From Fr. JC’s Desk: “The Disciple’s Journal”

Last week I wrote about how we are restructuring the Religious Education program.  The goal to emphasize that we are forming disciples — which is what Jesus commands us to do.

The Disciple’s Journal (which I am creating) is meant to be a tool in following Jesus.  The New Testament is basically journals of some of the first and closest disciples of Jesus (OK, they were written through the inspiration of the Holy Spirit, so they have a Divine authorship too).  They are the writings of what those first disciples learned from Jesus and from following Him.  The New Testament is what Jesus taught, how the Disciples reacted to His teaching, and then how they tried to put His teaching into practice in their lives so that they could have life more abundantly.

The Church tells us that parents are the first teachers of the Faith to their children.  Not only should parents be teaching their children their first prayers (how to make the Sign of the Cross, the Our Father, and Hail Mary), but parents should also be witnessing to their children the importance of their own relationship with Jesus.  Children should see their parents praying, talking with Jesus and listening to Him.  Through such a witness, children come have their own encounter with Jesus; learning that He loves them, and that He wants them to be happy — truly and eternally happy.

The most profound way that we encounter Christ Jesus is at the Sunday Mass.  The Eucharist is the “source and summit” of the Catholic Faith.  So all Religious Education, which is really the formation of disciples, needs to center itself on the Eucharistic Celebration.

For each week of the year, there are four pages in the journal.  The first page focuses on the Sunday Mass.  There are three prompts for the “disciple on the Way” to write.  

  • “Know” — Basically this is where you write a summary of the main teaching from the readings.  What was the main point in what Jesus said or did?
  • “Wonder” — What was your reaction to what Jesus said and did?  Did it raise some questions for you that maybe you would like to learn more about?  These would be good things to share with your family and/or in class.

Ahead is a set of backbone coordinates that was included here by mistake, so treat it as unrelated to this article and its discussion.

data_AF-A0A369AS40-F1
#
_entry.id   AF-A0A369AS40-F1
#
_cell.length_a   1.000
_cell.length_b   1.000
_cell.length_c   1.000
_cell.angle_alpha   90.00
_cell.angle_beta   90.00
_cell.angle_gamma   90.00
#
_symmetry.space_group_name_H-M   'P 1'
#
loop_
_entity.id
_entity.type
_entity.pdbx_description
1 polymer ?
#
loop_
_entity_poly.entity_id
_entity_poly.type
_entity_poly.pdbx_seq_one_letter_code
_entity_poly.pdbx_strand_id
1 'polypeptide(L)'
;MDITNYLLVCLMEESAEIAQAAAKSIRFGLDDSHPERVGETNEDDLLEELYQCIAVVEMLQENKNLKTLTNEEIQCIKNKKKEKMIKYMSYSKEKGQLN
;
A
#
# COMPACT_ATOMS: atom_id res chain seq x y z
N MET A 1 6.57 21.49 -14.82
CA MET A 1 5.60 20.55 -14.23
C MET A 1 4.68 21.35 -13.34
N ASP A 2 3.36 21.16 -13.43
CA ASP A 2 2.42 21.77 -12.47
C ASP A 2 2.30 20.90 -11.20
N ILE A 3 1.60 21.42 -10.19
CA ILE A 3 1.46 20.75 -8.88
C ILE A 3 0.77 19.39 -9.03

• “Act” — How can you apply what Jesus did or said to your own life this week.  Did Jesus heal someone after they showed faith in Him?  Is there a sick person you can call or visit?  How can you show greater faith in Jesus’ promise to give us a more abundant life now, and eternal life later?

The next page is the “Living As Disciples Through the Week” page.  First there is a section for the student to write how has God blessed them that week with the intention of becoming more aware of Jesus’ presence in their lives and how He is always offering us grace/gifts.  The second part of the “Living As Disciples Through the Week” page is “What am I going to pray for at Mass next Sunday?”  We are all called to bring the needs of our lives and the world to God.  

The last two pages for the week, is basically the notebook for Religious Education.  We will be using the Faith and Life series, being made available online through My Catholic Faith Delivered.  These pages are organized around the same Know – Wonder – Act format as used for the Sunday Mass readings.  As the student watches each lesson online, they write their notes in the Know section, any questions and reactions they have to what was in the lesson in the Wonder section, and finally how they think they can apply the lesson to their lives that week in the Act section.

Finally, we have published on the parish website, on the Religious Education page (http://www.resurrection2.org/religious-education) a brief survey that asks about the best days and times for religious education, and whether we should group the children in a primary and middle school format, or keep the “Angels” and “Saints” format of two sessions, each with classes for K-8.  A few of you have already completed the survey; thank you.  I ask the other parents to also go online and complete the survey.

About Fr. JC

Ordained a priest for the Diocese of Trenton, NJ, in 2004. Currently the Pastor of Resurrection Parish in Delran, NJ.
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